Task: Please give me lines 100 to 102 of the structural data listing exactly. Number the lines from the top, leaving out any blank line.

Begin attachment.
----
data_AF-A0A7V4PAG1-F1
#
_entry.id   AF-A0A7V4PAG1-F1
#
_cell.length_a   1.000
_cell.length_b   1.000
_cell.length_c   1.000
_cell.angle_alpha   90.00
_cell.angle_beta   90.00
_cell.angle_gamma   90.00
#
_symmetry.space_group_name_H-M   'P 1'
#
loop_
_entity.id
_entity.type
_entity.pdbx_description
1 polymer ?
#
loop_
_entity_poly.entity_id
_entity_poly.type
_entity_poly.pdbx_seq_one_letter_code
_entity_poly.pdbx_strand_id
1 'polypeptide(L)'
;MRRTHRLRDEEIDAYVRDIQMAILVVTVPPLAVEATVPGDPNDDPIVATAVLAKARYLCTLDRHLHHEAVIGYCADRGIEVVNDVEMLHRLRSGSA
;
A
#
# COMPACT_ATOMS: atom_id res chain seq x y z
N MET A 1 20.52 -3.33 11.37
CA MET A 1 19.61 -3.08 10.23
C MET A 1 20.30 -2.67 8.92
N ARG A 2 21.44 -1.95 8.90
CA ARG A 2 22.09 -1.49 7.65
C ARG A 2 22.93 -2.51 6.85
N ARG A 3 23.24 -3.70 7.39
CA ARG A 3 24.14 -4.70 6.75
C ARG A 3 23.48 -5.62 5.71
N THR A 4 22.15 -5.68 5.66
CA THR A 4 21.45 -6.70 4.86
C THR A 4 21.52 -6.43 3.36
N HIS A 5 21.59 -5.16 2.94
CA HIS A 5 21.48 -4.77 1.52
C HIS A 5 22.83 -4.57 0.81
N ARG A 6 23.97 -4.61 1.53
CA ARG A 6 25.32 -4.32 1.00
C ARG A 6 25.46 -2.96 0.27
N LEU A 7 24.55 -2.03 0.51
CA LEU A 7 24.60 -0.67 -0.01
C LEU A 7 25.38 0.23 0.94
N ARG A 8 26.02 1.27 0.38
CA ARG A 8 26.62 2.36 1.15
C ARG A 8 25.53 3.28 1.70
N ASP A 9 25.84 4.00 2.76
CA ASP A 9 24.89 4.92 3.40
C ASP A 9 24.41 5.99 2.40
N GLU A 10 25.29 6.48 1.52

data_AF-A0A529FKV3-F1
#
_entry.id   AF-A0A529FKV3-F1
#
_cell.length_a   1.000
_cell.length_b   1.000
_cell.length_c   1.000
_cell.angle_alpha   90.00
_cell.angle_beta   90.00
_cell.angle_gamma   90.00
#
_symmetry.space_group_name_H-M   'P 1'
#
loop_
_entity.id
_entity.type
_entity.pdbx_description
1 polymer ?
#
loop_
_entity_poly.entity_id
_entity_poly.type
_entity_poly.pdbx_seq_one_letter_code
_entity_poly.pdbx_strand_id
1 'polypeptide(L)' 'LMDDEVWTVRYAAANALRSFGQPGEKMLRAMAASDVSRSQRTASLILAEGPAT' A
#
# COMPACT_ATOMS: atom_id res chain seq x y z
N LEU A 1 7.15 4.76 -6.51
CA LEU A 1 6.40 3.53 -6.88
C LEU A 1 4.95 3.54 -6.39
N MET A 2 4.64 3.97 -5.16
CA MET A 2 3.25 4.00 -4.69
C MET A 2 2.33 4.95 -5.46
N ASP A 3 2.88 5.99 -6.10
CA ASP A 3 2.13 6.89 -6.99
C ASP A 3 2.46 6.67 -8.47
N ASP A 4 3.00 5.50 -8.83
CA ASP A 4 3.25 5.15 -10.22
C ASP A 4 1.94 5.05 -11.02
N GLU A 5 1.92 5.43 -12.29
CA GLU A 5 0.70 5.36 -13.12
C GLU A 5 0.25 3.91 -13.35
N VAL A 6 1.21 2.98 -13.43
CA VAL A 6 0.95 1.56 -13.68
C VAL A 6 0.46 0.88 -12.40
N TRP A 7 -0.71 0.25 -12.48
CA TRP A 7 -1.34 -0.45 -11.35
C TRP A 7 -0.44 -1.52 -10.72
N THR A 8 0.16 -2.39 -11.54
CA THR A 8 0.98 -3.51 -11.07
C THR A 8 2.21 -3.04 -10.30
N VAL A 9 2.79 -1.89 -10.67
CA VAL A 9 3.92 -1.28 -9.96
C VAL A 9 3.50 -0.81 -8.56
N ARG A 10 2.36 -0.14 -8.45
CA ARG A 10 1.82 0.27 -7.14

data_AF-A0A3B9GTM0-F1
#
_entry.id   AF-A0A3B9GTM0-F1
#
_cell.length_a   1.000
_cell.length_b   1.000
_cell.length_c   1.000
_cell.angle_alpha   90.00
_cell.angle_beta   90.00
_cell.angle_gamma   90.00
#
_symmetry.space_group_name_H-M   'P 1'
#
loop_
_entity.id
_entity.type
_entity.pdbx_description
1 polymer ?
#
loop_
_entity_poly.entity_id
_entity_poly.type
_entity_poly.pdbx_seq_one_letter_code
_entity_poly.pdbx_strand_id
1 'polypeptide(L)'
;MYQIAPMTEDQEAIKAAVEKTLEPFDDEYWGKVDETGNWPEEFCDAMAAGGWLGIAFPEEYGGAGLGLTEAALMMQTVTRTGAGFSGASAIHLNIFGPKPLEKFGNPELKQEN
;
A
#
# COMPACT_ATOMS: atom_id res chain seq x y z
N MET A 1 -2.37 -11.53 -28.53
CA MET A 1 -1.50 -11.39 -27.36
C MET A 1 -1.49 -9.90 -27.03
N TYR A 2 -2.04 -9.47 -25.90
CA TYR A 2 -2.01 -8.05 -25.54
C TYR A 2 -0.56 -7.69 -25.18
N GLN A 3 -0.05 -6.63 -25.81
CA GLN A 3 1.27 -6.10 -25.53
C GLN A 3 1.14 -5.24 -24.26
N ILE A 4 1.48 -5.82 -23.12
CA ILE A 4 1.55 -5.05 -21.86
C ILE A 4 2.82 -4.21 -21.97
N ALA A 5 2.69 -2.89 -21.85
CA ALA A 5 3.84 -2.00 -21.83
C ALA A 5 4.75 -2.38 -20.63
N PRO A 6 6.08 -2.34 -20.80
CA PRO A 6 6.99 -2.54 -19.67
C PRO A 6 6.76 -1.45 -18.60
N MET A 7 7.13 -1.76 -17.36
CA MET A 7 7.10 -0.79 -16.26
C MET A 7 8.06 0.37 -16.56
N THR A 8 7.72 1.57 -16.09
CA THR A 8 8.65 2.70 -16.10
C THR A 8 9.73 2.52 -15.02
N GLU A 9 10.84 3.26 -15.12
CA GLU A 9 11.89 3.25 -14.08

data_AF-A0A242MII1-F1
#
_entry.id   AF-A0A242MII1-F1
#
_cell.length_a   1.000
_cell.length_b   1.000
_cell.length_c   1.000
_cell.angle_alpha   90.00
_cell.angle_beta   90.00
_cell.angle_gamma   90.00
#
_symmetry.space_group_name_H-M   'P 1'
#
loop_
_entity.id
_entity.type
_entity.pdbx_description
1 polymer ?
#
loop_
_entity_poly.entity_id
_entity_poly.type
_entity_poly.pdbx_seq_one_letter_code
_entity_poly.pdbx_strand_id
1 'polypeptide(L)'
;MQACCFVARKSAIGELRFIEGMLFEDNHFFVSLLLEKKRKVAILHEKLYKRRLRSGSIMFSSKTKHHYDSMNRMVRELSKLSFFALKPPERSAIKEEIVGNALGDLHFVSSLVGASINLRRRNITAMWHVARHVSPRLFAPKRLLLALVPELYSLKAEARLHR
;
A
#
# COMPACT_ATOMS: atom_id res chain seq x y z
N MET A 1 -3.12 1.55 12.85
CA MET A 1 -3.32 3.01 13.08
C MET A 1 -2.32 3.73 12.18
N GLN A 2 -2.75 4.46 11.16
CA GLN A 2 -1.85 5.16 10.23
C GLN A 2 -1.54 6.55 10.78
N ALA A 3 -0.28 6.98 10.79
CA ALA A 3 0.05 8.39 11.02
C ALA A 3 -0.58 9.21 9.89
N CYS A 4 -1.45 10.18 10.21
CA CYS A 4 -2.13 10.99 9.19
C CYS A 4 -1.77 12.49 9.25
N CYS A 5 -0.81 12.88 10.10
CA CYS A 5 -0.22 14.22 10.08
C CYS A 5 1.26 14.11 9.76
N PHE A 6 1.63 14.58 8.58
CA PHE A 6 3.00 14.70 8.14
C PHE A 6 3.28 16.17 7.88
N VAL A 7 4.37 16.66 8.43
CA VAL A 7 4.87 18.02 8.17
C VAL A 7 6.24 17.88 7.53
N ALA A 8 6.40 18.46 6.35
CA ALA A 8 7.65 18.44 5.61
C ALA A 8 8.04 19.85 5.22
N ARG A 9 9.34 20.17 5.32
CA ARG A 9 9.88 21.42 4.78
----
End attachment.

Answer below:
C GLU A 5 0.25 3.91 -13.35
N VAL A 6 1.21 2.98 -13.43
CA VAL A 6 0.95 1.56 -13.68